Chinese Elm Bonsai: Indoor or Outdoor?
The Chinese Elm is a beautiful tree and bonsai. However, many newcomers to this tree often wonder where best to keep it. Here we’ll discuss the benefits of keeping a Chinese elm indoors and outdoors, as well as the daily needs of the bonsai. Depending on your climate, a mix of moving the plant inside and outside may be the best option for its survival.
Image courtesy of Jerry Norbury / License Details
There are many reasons to keep a Chinese elm bonsai indoors, especially during winter. Here we’ll look at how the indoors regulates climate, provides sunlight, and aids water retention.
Keeping your Chinese elm bonsai indoors during the winter and hot summers allows you to regulate the temperature and humidity levels. This benefit is especially great if you’d like to keep your tree as an evergreen. When the bonsai gets exposed to cold weather for extended periods, it begins to lose its leaves and hibernate.
The Chinese elm requires either full sun or partial shade. When placed indoors near a sun-facing window, the tree will receive enough light to sustain itself. This placement allows it to receive sunlight without being subject to environmental factors and can easily be shielded from harsh light on hot days.
General Indoor Benefits
There are a few minor benefits to keeping any bonsai indoors, mainly the ease of maintenance. Watering your tree is quicker, and the soil will often retain its moisture for longer, letting you water the bonsai less frequently.
While there are many benefits to keeping the bonsai indoors, there are a few reasons to grow the Chinese elm outdoors. The tree is exposed to more sunlight and enjoys warmer temperatures during the spring and summer months. However, partial shade is required for the summer afternoon sun.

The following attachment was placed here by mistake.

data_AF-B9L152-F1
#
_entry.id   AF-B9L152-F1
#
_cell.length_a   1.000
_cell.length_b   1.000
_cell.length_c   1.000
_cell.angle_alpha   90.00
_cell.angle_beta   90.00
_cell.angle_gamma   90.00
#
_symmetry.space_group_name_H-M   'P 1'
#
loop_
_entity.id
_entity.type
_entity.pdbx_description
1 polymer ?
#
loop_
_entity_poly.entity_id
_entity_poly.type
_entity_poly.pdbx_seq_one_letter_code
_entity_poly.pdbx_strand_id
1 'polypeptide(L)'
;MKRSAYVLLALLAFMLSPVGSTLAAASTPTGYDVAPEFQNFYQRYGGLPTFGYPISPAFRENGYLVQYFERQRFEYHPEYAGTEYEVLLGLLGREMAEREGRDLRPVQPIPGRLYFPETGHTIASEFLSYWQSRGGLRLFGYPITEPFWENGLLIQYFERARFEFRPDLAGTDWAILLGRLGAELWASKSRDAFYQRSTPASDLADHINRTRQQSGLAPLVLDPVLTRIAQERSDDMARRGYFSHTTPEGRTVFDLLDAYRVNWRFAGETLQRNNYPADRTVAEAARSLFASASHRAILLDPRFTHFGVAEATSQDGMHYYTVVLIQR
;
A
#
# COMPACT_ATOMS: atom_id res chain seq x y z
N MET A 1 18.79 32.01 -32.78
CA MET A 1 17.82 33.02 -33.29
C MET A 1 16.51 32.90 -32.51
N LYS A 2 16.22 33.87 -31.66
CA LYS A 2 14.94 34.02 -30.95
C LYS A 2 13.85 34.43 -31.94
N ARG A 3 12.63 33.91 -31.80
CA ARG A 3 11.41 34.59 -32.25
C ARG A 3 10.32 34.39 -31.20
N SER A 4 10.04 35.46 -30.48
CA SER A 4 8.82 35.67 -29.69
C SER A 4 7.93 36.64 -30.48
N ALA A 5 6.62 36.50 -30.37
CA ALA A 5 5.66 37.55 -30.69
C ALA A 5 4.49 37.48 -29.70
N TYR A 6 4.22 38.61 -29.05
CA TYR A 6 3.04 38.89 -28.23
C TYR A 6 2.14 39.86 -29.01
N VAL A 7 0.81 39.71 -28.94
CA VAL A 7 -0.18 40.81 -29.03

High Sunlight Exposure
With more sunlight, the Chinese elm bonsai receives more nutrients. These excess nutrients help the plant grow and thrive. In an area with partial shade, especially in the afternoon, the bonsai receives plenty of sunlight and is protected from the summer sun.
Warmer temperatures help the Chinese elm thrive. While it can endure frost, the warmer temperature ensures the soil dries out. Having the soil reliably dry out will ensure you avoid damage to the tree’s roots, which could potentially kill it.
Care for Your Chinese Elm
Knowing how to best care for your bonsai can help you decide where best to keep it. Choosing a location for the Chinese elm specifically has minimal impact.
To thrive, the Chinese elm requires the standard five hours of sunlight exposure a day. As long as this amount is provided, location won’t matter for your bonsai. However, More sun is best, mainly achieved with outdoor placement.
The Chinese elm suffers in a prolonged drought or an abundance of water. You’ll need to carefully check that the soil has dried each time before watering. The frequency of this process will vary depending on whether you grow the bonsai indoors or outdoors, as outside the bonsai is likely to require water more frequently.
The Chinese elm is frost-hardy and can survive some exposure to frost. This resistance is ideal regardless of where you keep your tree during the winter months.
Indoors or Outdoors
Ultimately, the Chinese elm bonsai belongs indoors and outdoors, changing its location as the seasons pass. The tree will survive and thrive for most of the year when left outdoors. However, as winter comes, the plant needs shelter indoors to protect it.
When to Move the Chinese Elm Indoors
Too much sun can damage a Chinese elm, especially hot afternoon sunlight during the summer. This overexposure to light can damage branches, leaves and dry out the soil too quickly, robbing the tree of nutrients.
The main time you’ll want to move a Chinese elm tree indoors is when late autumn approaches and for winter.
With the right conditions, a Chinese elm can grow indoors as an evergreen all through the year. At times, moving the bonsai around the house or even outdoors may help it thrive, especially if you have minimal sunlight exposure indoors. The most important factor when deciding where to keep the elm is where you can give it the most nutrients, which will change with the amount of care provided and your climate.